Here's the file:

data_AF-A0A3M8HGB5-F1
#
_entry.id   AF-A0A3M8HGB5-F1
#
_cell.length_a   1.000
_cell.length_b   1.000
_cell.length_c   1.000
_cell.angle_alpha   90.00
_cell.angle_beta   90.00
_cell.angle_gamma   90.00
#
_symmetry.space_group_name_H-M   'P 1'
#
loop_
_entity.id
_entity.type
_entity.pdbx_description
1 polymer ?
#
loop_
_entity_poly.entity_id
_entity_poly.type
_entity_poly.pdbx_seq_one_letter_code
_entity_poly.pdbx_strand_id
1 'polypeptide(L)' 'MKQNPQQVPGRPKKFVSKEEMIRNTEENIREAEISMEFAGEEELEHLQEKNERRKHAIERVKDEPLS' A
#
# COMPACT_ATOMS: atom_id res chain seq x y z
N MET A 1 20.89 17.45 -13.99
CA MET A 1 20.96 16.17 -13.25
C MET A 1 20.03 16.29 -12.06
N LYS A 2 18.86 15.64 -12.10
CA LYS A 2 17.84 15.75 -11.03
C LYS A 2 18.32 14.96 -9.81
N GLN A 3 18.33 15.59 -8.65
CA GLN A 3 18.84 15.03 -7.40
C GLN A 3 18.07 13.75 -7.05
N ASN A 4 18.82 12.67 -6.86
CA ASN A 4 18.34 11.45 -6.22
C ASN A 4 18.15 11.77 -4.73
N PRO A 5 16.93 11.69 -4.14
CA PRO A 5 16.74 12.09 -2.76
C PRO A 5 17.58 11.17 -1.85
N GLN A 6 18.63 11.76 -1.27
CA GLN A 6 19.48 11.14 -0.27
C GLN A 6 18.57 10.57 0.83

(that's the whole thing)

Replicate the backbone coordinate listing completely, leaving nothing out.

data_AF-A0A3M8HGB5-F1
#
_entry.id   AF-A0A3M8HGB5-F1
#
_cell.length_a   1.000
_cell.length_b   1.000
_cell.length_c   1.000
_cell.angle_alpha   90.00
_cell.angle_beta   90.00
_cell.angle_gamma   90.00
#
_symmetry.space_group_name_H-M   'P 1'
#
loop_
_entity.id
_entity.type
_entity.pdbx_description
1 polymer ?
#
loop_
_entity_poly.entity_id
_entity_poly.type
_entity_poly.pdbx_seq_one_letter_code
_entity_poly.pdbx_strand_id
1 'polypeptide(L)' 'MKQNPQQVPGRPKKFVSKEEMIRNTEENIREAEISMEFAGEEELEHLQEKNERRKHAIERVKDEPLS' A
#
# COMPACT_ATOMS: atom_id res chain seq x y z
N MET A 1 20.89 17.45 -13.99
CA MET A 1 20.96 16.17 -13.25
C MET A 1 20.03 16.29 -12.06
N LYS A 2 18.86 15.64 -12.10
CA LYS A 2 17.84 15.75 -11.03
C LYS A 2 18.32 14.96 -9.81
N GLN A 3 18.33 15.59 -8.65
CA GLN A 3 18.84 15.03 -7.40
C GLN A 3 18.07 13.75 -7.05
N ASN A 4 18.82 12.67 -6.86
CA ASN A 4 18.34 11.45 -6.22
C ASN A 4 18.15 11.77 -4.73
N PRO A 5 16.93 11.69 -4.14
CA PRO A 5 16.74 12.09 -2.76
C PRO A 5 17.58 11.17 -1.85
N GLN A 6 18.63 11.76 -1.27
CA GLN A 6 19.48 11.14 -0.27
C GLN A 6 18.57 10.57 0.83